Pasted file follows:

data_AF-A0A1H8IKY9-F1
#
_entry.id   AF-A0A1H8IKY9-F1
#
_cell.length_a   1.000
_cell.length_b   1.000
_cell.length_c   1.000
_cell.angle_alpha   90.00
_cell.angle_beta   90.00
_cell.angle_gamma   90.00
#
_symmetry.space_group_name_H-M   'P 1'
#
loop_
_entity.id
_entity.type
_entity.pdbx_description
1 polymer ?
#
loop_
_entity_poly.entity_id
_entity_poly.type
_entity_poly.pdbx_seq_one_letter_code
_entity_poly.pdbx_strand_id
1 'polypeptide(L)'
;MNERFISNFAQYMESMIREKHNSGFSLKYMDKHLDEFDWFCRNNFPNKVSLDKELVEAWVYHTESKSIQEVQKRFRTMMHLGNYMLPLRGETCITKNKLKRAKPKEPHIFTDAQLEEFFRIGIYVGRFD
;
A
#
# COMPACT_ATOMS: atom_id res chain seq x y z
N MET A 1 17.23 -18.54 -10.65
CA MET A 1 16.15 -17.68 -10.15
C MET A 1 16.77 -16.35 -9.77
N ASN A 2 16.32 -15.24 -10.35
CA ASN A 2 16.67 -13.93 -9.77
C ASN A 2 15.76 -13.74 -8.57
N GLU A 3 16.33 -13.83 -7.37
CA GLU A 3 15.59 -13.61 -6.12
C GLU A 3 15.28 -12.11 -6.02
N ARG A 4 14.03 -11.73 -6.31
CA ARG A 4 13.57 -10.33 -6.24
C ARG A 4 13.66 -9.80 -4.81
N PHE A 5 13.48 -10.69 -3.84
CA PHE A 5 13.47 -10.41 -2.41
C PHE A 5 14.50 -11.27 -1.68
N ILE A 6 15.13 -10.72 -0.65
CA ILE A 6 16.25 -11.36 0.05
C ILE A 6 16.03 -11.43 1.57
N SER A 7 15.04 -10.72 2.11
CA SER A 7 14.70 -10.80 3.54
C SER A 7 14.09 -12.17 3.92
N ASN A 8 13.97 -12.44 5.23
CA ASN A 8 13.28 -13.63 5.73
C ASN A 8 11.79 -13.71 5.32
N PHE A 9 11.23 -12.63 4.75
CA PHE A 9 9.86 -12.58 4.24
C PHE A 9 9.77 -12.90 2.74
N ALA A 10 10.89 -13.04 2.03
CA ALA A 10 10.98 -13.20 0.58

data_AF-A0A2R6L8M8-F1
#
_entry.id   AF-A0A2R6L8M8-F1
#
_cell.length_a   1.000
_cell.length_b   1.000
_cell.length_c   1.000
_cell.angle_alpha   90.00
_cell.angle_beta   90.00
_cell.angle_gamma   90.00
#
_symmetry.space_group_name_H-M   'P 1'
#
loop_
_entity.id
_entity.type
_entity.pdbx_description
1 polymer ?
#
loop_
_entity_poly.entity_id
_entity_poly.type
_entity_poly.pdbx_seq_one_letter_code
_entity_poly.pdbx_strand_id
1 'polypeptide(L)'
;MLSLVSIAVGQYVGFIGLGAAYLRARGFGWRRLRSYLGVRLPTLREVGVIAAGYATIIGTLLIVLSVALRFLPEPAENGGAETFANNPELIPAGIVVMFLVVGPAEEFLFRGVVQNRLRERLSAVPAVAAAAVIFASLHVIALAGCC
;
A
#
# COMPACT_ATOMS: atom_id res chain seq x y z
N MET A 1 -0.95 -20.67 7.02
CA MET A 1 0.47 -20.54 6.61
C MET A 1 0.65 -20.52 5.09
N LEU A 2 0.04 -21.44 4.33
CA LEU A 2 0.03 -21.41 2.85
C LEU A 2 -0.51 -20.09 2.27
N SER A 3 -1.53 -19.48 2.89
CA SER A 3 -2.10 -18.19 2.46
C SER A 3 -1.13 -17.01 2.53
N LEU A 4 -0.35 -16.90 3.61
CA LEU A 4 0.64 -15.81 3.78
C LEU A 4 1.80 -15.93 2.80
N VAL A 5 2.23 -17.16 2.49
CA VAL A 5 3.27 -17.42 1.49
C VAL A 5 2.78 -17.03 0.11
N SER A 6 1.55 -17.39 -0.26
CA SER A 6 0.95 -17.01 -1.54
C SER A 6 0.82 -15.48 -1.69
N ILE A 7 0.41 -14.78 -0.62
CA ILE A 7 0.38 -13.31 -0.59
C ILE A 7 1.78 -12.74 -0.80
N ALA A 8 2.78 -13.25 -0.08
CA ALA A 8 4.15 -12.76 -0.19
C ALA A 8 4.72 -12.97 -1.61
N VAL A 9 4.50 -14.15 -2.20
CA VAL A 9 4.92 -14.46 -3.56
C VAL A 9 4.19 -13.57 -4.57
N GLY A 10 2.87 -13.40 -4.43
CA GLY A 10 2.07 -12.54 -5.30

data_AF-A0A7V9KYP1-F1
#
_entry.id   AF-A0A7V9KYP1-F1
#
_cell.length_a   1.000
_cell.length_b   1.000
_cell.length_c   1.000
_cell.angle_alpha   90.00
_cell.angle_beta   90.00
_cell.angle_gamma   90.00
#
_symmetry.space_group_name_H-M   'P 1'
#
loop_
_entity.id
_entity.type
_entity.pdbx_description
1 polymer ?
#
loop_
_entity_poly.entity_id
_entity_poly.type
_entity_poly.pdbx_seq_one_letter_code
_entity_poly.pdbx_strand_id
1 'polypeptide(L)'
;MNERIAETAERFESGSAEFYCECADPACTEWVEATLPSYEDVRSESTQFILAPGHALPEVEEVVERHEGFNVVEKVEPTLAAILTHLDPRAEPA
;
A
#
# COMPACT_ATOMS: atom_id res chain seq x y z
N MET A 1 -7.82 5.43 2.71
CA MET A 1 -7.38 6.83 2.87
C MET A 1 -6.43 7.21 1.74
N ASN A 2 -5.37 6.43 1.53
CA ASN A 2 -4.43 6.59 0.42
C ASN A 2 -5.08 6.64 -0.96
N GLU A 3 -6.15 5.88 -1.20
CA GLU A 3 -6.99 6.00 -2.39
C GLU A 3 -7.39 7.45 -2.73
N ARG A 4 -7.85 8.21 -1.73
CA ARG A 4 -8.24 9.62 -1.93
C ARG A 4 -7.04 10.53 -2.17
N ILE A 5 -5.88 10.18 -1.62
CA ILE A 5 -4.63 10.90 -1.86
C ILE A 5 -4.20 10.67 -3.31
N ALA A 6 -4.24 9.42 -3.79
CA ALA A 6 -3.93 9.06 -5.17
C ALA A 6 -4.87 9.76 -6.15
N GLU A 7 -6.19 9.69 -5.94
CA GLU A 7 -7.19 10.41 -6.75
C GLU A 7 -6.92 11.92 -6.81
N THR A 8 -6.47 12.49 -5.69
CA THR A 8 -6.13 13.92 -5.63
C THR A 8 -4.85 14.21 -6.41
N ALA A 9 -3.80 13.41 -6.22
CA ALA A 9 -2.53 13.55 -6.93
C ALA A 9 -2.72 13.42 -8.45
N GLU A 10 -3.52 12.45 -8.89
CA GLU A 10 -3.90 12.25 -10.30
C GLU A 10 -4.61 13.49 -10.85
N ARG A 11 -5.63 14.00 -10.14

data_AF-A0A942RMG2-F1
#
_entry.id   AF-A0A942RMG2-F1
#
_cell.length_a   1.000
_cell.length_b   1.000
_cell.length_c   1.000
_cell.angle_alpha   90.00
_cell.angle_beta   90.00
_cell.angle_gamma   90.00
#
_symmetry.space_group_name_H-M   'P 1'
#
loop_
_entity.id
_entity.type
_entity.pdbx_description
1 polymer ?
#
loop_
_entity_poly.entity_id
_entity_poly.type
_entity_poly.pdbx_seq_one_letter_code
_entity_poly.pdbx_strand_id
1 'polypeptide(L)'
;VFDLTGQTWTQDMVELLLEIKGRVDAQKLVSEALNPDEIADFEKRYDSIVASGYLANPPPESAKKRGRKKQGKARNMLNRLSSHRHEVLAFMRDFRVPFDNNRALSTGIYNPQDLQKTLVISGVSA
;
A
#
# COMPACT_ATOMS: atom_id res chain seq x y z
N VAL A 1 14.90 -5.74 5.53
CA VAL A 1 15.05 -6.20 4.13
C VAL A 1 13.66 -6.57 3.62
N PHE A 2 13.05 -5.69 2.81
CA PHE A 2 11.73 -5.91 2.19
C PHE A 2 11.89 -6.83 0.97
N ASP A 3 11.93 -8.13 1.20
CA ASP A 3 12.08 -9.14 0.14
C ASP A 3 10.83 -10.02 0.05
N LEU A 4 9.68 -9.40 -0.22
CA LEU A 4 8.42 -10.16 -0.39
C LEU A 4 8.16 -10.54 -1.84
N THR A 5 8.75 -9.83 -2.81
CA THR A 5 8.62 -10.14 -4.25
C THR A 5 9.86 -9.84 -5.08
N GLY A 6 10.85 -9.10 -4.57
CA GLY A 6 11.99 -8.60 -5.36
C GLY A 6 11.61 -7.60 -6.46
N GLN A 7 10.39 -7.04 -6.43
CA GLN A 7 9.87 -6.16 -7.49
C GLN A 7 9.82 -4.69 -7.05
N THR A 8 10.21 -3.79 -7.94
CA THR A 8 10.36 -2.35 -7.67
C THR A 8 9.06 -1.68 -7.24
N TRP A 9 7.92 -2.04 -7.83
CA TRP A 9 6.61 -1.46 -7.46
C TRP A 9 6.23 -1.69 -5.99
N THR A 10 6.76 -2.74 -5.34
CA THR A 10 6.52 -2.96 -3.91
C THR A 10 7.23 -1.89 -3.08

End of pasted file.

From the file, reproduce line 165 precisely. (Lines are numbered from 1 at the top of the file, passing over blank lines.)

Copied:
CA ALA A 6 -3.93 9.06 -5.17